HIST531 - TOPICS IN EUROPEAN HIST: HISTORY OF HUMAN VOICE

Description: 
The overall goal of this course is to show how notions of 'humanity' and its distinction from the 'sub- human' have changed throughout the modern period, using interpretations of the voice and its articulations of humanity as a yard-stick. From the late eighteenth century onward, as scientists discovered more about the workings of the throat, the voice was increasingly seen as a physical -- rather than as a spiritual -- phenomenon. Entrenched in specific bodies, voices were therefore believed to 'say' something about their owners: 'savages' were supposedly free of stammering, women's speech betrayed their inherent softness, and the deaf were considered to be incapable of expressing abstract thought through their sign language. ***This course is PRIMARY to the Dutch Department. Please contact their department or the instructor for more information.***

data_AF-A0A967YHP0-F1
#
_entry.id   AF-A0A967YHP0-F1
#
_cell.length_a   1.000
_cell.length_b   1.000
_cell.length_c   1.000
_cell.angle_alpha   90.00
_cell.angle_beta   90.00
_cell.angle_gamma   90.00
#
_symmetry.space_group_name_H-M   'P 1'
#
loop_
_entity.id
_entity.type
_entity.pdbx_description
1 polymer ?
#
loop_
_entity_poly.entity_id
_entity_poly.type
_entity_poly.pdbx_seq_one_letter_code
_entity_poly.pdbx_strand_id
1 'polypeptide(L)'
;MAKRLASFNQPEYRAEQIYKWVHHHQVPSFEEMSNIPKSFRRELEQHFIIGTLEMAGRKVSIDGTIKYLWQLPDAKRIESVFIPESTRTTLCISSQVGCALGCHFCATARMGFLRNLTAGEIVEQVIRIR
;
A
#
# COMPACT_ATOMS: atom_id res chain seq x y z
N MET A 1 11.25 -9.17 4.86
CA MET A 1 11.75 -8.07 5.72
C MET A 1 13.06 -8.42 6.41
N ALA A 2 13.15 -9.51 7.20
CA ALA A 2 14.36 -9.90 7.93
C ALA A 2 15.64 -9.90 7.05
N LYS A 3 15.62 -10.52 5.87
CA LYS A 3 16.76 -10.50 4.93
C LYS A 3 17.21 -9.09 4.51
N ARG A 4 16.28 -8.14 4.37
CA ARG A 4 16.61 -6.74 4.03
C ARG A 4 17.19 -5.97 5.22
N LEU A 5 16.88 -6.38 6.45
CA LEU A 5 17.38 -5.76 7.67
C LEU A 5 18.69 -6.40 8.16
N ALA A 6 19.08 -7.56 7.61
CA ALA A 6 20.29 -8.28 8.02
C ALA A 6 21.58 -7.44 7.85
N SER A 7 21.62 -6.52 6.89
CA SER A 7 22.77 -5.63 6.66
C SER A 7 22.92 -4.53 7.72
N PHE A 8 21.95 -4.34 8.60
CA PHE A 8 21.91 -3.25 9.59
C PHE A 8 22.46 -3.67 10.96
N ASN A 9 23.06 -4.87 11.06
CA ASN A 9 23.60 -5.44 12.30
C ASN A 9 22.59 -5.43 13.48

Day and Time: 
R 0130PM-0430PM
Room: 
DAVID RITTENHOUSE LAB 2N36
Activity: 
SEM
Cross Listings: 
  • COML532401
  • DTCH530401
  • GRMN555401